Metris Companies Inc. had no shortage of bad news last month.
The financial products and services provider's stock price dipped from $2.68 on Jan. 15 to $1.90 at the close of market the next day.
Then came the news Jan. 22 that about 180 employees were being eliminated. More than half were at the Minnetonka, MN, headquarters, and this included about 25 percent of senior management. The move was expected to bring an annual savings of $20.8 million, and the company will take a first-quarter 2003 charge of $4.9 million involving the reductions. Metris' headcount fell to about 3,700.
Finally, the stock reached a new 52-week low of $1.25 on Jan. 27, nearly half its $2.47 level Dec. 31.
“I think the biggest underlying issue has been the credit quality deterioration within their credit card portfolio,” said Jennifer Scutti, executive director at CIBC World Markets, New York. “As a consequence … cash flow back to the company has been impaired because the cash that would normally flow back to the company is being held at the master trust to ensure that the company's outstanding asset-backed securities or bonds remain whole.”
On Jan. 29, the company reported a fourth-quarter net loss of $48.5 million and a net loss of $33.9 million for 2002. The results included about $18 million in pre-tax, one-time items in the fourth quarter for the write-down of excess property, equipment and operating leases, and another $7 million of one-time marketing expenses.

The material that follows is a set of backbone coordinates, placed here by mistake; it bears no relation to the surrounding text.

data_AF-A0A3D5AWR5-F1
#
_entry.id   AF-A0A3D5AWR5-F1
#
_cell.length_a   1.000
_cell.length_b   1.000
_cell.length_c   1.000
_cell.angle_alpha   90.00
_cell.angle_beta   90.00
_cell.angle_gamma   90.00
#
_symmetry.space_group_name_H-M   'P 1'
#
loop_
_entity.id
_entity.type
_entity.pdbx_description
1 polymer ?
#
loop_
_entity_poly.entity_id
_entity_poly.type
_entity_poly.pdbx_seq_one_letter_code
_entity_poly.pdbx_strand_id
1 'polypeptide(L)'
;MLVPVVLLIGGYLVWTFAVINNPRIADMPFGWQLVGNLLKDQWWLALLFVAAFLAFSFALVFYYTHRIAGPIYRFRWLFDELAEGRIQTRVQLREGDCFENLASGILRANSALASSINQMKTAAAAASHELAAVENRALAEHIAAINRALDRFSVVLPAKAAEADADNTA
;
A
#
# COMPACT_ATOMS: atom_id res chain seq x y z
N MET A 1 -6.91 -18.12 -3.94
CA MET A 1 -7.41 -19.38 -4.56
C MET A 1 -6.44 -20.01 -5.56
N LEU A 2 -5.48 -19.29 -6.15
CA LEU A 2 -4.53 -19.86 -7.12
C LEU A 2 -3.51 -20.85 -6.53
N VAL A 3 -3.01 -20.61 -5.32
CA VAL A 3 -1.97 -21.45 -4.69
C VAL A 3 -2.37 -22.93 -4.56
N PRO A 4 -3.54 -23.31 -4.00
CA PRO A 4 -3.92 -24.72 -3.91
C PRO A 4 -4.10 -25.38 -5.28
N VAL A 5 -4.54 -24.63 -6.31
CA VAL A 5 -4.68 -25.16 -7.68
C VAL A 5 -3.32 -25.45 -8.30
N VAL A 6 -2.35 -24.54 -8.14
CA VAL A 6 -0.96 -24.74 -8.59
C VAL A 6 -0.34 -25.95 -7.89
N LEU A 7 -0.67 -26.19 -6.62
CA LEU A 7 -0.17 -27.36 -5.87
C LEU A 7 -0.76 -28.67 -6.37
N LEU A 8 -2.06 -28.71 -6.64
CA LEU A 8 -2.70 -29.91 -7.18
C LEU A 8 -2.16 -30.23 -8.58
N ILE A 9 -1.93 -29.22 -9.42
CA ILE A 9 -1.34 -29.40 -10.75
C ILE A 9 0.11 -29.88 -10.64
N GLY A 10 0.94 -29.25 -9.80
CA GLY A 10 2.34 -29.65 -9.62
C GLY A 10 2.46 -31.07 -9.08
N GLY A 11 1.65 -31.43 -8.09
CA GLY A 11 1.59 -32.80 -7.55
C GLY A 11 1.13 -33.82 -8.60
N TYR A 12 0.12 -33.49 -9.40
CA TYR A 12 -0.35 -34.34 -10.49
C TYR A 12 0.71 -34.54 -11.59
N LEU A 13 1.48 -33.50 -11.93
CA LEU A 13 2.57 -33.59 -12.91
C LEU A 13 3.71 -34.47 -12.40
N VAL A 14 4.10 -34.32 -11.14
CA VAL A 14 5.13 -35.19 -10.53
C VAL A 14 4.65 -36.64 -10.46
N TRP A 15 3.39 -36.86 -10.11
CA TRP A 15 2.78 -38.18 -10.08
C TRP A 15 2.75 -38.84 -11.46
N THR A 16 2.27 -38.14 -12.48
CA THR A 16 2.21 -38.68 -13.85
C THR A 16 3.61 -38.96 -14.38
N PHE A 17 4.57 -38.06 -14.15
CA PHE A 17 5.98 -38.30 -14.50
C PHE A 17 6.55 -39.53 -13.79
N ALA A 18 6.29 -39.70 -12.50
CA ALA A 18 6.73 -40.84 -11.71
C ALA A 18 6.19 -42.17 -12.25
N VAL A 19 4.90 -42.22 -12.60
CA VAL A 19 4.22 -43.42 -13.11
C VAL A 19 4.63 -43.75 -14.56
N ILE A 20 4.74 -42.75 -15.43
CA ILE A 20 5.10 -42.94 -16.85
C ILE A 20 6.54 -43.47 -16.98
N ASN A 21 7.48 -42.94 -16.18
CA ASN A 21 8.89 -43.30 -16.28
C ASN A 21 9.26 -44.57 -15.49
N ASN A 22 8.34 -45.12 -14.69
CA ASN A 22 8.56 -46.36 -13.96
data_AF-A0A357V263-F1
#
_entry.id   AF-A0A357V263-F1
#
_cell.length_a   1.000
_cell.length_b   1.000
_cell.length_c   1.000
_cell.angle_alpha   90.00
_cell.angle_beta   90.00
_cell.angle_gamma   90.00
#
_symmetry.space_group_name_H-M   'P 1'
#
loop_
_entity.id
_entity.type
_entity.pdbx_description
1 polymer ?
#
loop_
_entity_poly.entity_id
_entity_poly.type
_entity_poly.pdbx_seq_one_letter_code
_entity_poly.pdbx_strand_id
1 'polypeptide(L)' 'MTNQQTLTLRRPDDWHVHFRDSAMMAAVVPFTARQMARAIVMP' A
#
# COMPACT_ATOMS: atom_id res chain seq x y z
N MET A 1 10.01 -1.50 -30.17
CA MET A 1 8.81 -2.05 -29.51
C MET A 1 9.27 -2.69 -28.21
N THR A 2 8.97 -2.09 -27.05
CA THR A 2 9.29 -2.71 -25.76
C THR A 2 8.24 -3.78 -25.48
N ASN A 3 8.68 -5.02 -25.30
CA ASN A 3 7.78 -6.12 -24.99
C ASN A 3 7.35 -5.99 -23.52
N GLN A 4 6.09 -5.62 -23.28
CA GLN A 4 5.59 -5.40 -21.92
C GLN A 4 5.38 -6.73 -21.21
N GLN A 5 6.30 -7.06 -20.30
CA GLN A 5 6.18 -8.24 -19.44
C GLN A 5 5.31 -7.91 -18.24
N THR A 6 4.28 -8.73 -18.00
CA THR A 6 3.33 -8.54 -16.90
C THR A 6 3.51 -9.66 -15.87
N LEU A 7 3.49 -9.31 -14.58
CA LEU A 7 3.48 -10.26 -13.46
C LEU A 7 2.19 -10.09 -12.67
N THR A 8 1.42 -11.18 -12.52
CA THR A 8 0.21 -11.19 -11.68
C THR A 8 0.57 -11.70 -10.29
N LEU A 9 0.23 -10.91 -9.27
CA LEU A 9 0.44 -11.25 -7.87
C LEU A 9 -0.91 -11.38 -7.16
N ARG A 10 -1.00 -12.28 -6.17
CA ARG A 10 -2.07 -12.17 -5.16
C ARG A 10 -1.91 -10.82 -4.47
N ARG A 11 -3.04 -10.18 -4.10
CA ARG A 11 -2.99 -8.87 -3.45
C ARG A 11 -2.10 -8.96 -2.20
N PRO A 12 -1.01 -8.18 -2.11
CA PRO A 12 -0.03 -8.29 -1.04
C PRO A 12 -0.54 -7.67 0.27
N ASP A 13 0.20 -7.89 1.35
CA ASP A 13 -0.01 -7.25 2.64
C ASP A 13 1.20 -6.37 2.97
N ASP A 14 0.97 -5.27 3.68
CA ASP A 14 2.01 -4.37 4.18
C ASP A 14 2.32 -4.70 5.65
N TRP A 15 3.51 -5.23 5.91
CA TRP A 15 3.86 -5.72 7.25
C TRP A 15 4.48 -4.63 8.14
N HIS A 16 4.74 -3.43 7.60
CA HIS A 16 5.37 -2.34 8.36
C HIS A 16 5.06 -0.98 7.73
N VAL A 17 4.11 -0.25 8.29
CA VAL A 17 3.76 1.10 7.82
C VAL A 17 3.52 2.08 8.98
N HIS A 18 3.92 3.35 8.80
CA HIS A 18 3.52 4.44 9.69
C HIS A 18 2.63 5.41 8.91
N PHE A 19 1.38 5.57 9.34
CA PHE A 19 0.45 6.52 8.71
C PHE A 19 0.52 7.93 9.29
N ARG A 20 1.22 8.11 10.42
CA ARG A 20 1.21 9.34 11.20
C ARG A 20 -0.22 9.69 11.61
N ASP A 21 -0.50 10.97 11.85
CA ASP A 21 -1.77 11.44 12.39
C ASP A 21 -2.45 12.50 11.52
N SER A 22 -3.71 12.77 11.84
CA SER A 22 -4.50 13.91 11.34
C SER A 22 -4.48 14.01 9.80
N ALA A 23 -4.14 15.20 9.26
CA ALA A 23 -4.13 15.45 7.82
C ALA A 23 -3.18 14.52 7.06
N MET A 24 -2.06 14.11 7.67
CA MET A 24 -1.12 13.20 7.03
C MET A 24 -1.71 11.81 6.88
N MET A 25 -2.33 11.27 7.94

Yet Scutti said the company is turning things around.
“They are slowing the growth rate of their business, have tightened up their underwriting standards and are trying to reduce their risk regarding the type of customers that hold a Metris credit card,” she said. “They are making progress, but it will take some time. I suspect they will report at least another two or three quarters of losses, and they probably won't return to profitability until the fourth quarter, assuming the same type of economy we have now.”
Scutti described its cardholders as mainly subprime customers — middle- and lower-middle-income consumers “who generally live paycheck to paycheck” and are those most affected by the rising unemployment rate.
“The company has also focused on improving its risk-based pricing,” she said. “Just because they are higher risk doesn't mean they are not profitable. Profitability depends on pricing their cards to the risk taken. They are trying to not only tighten up on underwriting standards, but also price their accounts to the appropriate risk with the interest rates charged.”
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